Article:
And here's yet another "make it in mere minutes"
by G.R. Osborne
In hardly any time, and with a little help from your
feathered friends, you can make a lightweight kite ... one
that may not fly high, but will fly
very well. This tiny toy is attractive, but
it's also quite simple to assemble ... since the body is
plastic foam, and each wing is a feather.
Start by cutting a polystyrene foam ball in
half, and then carving one section into the shape
of a bird's body (you can follow the design in the drawing
or make your own, as long as it's symmetrical).
Next, stroll on out to the chicken coop (or duck pond)
and gather some feathers. You'll need three or more tail
plumes-all straight, none too long-and two fairly large
wing feathers ... get one from a left and one from a right
wing, though (they'll curve in opposite directions), or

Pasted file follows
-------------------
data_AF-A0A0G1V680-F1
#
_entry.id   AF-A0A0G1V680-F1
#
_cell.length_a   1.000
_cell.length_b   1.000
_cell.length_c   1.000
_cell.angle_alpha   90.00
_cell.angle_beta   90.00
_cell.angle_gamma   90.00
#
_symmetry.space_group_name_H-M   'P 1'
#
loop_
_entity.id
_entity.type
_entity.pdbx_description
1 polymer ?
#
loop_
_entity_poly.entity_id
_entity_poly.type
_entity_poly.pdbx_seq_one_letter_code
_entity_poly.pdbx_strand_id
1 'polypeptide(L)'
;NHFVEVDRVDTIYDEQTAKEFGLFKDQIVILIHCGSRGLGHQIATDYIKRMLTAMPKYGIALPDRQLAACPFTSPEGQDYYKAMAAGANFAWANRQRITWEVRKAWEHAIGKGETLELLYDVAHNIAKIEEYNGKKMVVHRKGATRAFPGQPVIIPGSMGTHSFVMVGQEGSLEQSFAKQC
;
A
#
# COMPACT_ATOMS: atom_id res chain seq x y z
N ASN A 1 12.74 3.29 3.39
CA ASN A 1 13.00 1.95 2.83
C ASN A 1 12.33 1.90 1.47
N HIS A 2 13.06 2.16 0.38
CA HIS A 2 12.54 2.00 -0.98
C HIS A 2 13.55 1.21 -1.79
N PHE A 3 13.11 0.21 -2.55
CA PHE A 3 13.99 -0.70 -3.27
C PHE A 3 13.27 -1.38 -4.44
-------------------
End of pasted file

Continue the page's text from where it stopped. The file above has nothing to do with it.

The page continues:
your kite will be a whirly bird!
Now, insert the wing feathers into the body at the
angle shown in the drawing. The outer sides of the feathers
should face forward, and they also need to tilt slightly
upward so they'll catch the wind and lift the
bird. Do not glue anything together yet, however. Instead,
stick the tail feathers in place and give your kite a first
test flight by dropping it from arm's length. If it spins,
the wings need to be adjusted or maybe even replaced. If it
takes a nose dive, add more tail feathers. When it floats
smoothly ... you've got it and can glue the feathers in
position and decorate your bird.
The best string for your kite will be thread(on a
fairly full spool) inserted, with a
needle, completely through the body and
knotted on the other side. Finding the correct point of
entry is mostly a matter of trial and error. So needle up
and take your first stab at dead center. If—after a
little wing twisting—you find that the critter just
doesn't fly right, you'll have to run the string
through again at another point. (You may even need to
connect a center thread from the wing tips ... if so, make
it four times the length of the wings and tie it, at its
midpoint, to the main thread.)
Then put your spool on a stick (a thin pencil or
chopstick does fine), head out into the spring breeze, and
let your feather-light kite stretch its wings!